May 29, 2017
 
A Collaborative Approach to Restructuring

By Jay W. Vogt

Organizations that must make substantial budget cuts face a stark choice: have senior leadership make those decisions behind closed doors, or throw them wide open, and engage the entire organization in facing the challenge together. Few choose the second path, imagining it to be full of risk and rancor.

The University of Southern Maine (USM), having already implemented substantial budget cuts, and facing a second, deeper round, recently confronted this dilemma, and made a surprising choice. Incremental cuts would no longer do the job. Restructuring was now necessary.

Jim Shaffer, USM’s new chief operating officer, was named chair of the Restructure Design Team, and was given a tight timeline by President Selma Botman to propose changes, dramatic if necessary, to restructure the university.

Looking to Engage All Interested Parties

Rather than lock his team in a closed room to tackle the challenge, Shaffer proposed convening a two-day convocation, Innovating for our Future, with the express purpose of engaging all interested faculty, staff, students, and community members in generating specific ideas for change and concrete recommendations for restructuring. Still reeling from prior budget cuts, likely participants could understandably be anxious and wary, if not hostile.

Shaffer, also dean of the School of Business at USM, proposed convening the convocation using open space technology (OST), a self-organizing meeting method in which no prior agenda is set, and participants not only create their own agenda, but choose how to spend all of their time. (To learn more about OST at USM, visit click here.)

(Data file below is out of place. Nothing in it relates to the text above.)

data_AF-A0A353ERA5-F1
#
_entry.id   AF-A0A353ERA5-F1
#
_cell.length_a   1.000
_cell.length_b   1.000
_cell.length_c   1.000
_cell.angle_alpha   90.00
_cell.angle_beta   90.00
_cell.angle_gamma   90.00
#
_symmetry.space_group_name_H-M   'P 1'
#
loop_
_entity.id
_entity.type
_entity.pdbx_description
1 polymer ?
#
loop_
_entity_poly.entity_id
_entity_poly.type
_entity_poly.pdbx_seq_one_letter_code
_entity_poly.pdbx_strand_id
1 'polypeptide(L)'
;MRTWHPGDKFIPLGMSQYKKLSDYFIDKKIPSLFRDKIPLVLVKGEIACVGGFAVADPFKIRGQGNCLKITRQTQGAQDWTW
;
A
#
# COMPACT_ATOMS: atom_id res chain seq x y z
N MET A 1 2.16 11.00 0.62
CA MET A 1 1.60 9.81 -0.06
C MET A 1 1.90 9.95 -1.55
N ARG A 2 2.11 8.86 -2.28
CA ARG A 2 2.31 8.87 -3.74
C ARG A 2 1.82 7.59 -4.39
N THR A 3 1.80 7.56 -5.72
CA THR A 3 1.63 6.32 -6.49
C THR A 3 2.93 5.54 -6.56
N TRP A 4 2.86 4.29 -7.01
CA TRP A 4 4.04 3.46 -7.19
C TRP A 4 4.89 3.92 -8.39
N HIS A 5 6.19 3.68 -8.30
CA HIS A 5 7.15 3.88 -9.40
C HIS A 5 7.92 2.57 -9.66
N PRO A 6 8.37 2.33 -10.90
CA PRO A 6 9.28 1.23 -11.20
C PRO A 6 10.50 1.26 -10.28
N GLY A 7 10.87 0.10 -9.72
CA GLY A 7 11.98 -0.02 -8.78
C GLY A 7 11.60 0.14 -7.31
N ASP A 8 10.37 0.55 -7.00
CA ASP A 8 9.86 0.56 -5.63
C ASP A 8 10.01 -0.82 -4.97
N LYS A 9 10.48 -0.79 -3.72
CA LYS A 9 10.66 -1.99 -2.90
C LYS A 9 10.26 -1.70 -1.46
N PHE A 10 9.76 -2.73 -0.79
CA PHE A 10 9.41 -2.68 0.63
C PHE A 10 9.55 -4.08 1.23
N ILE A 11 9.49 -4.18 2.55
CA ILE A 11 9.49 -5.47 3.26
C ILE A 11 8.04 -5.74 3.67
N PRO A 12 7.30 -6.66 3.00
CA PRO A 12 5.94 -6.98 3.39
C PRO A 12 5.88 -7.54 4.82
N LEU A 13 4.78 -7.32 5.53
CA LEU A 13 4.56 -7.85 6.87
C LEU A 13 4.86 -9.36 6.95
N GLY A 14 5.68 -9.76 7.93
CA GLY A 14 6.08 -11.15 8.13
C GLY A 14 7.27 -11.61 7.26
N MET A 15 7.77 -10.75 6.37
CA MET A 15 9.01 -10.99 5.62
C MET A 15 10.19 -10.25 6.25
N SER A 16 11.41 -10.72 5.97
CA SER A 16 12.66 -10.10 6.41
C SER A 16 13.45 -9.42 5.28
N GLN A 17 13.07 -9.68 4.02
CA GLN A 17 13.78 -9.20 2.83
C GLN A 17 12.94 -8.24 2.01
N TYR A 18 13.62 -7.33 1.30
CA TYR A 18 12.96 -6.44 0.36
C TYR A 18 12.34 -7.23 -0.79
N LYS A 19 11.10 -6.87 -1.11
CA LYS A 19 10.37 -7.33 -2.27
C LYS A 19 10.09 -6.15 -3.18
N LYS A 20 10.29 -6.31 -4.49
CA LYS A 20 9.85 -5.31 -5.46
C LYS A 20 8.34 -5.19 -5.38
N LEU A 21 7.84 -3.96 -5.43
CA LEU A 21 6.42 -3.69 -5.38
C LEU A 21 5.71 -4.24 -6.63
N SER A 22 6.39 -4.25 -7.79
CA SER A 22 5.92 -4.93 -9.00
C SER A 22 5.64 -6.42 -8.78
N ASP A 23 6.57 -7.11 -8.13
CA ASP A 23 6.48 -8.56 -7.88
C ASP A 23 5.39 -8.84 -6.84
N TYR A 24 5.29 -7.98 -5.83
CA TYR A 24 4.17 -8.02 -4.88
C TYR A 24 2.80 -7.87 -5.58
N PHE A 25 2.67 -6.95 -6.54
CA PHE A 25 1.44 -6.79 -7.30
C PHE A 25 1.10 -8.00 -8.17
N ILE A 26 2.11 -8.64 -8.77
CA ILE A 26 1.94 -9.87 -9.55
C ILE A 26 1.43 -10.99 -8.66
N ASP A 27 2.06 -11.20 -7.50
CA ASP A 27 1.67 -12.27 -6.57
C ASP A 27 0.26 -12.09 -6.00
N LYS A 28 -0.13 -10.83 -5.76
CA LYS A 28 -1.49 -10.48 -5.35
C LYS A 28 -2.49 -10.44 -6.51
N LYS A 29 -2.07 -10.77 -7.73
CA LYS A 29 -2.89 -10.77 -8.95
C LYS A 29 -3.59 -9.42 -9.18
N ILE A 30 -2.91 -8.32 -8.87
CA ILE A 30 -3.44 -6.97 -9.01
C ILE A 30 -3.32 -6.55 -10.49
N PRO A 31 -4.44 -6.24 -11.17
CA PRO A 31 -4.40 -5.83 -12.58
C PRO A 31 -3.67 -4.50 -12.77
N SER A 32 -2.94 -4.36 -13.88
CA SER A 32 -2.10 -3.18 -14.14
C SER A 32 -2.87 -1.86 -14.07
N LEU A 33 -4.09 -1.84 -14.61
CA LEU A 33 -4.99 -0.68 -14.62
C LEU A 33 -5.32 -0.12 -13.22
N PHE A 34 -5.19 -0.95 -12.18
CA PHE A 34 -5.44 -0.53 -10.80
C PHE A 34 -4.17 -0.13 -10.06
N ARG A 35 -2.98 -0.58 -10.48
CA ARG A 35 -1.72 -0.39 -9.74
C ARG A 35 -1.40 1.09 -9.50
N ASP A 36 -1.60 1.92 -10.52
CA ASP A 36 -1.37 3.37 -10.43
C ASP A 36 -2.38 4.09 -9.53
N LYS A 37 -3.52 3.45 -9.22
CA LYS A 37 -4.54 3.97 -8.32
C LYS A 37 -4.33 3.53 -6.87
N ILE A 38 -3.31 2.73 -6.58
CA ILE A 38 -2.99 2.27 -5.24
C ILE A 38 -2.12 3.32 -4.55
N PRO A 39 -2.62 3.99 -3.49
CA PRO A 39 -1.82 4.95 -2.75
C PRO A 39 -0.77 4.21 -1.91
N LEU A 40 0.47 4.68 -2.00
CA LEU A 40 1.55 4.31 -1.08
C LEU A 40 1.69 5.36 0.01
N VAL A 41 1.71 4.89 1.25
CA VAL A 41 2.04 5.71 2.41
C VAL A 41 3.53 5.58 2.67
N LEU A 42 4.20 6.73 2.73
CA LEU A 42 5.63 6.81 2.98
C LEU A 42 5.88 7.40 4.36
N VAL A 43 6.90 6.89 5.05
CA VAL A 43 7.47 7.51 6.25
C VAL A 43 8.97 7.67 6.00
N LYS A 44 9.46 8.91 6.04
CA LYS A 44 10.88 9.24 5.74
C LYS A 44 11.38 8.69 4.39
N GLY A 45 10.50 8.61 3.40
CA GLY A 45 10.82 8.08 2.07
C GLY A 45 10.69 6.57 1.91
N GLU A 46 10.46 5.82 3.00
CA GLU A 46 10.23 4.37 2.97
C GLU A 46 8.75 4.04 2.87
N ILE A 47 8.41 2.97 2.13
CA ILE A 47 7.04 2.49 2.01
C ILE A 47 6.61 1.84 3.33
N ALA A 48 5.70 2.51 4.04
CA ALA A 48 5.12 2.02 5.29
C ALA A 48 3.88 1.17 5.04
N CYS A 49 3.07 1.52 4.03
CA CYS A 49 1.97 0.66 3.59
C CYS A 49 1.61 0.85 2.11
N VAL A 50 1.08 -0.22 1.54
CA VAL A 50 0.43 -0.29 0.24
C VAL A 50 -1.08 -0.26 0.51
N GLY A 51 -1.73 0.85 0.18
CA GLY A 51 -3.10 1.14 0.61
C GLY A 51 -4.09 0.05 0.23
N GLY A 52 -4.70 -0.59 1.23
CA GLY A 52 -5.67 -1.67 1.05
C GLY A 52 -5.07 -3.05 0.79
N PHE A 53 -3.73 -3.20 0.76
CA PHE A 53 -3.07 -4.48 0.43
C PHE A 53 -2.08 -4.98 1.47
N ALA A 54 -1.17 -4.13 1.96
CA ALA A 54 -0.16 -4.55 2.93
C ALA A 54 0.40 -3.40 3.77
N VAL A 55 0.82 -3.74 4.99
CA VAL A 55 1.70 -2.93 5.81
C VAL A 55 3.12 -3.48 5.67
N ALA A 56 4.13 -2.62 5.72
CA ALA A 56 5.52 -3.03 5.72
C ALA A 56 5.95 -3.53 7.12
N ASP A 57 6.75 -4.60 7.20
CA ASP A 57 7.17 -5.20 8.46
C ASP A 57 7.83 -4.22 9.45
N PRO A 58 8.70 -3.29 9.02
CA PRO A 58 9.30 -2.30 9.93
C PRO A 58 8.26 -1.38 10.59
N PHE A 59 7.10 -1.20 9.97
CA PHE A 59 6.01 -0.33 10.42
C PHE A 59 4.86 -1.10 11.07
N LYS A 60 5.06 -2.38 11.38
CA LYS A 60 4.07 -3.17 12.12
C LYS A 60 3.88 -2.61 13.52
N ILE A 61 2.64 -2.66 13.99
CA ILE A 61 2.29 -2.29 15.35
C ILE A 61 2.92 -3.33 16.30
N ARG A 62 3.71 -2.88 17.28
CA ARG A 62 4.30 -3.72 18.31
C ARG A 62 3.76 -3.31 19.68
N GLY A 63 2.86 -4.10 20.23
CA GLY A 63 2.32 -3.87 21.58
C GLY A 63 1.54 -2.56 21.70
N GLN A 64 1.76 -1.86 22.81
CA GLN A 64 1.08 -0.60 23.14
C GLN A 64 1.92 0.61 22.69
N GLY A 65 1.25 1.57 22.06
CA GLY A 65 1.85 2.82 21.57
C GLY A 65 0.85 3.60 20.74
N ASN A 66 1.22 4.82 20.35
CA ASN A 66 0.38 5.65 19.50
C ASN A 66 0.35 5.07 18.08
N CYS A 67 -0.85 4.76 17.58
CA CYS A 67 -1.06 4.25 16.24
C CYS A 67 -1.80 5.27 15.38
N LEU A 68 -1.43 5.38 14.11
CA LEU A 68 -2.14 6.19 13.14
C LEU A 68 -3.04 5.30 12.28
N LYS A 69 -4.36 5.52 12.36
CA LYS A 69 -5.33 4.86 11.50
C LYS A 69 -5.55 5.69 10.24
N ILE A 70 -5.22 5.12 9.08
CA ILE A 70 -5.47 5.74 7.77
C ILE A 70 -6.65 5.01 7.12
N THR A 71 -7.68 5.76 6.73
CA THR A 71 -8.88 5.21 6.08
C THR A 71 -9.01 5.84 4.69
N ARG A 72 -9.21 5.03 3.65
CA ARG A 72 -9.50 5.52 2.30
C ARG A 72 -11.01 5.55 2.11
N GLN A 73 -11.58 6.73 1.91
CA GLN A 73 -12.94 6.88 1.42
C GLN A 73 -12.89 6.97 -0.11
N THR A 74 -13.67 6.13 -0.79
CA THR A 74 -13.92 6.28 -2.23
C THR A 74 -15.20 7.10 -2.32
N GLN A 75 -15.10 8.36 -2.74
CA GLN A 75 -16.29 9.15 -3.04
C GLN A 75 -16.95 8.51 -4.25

Over the course of two days, about three hundred faculty, staff, students, and community members participated in the Convocation. No one dictated anything to anyone. In fact, administrators not only asked for help, but created the conditions—through the meeting method—for people with similar ideas to find each other and organize their thinking. The community responded enthusiastically. Individuals proposed and convened about 60 working groups that yielded an equal number of specific recommendations for change.

Each working group prepared two products. Conveners completed a simple poster stating their recommendation, along with strategies for implementation, benefits of implementation, and the name of their convener(s). Volunteer recorders posted their longer set of discussion notes in real time to a community web site on the blackboard platform.

By mid-day on the second day, the posters were clustered, reducing the total number of discrete proposals to about 40. Then participants used a technique called multi-voting to identify their top six. A clear top tier emerged. The Restructure Design Team was now free to lock itself into that room, confident that it had tapped an enormous reservoir of community creativity.

”A Self-Organizing Outpouring of Passion and Creativity”

Jim Shaffer, COO, commented, “Our task was to restructure a regional comprehensive university, and we faced a plethora of multiple constituencies and values. OST turned out to be ideally suited to the task. The result was a self-organizing outpouring of passion and creativity. This was a special convocation, and we were very pleased.”

The approach demonstrated that organizations facing a tough challenge and preparing to make hard decisions behind closed doors can benefit by taking another path. They can engage their constituents to produce surprisingly pleasant results.

Jay W. Vogt, president of Peoplesworth, is author of Recharge Your Team: The Grounded Visioning Approach, a new book by Praeger, may be contacted at jay@peoplesworth.com

Posted: February 2010

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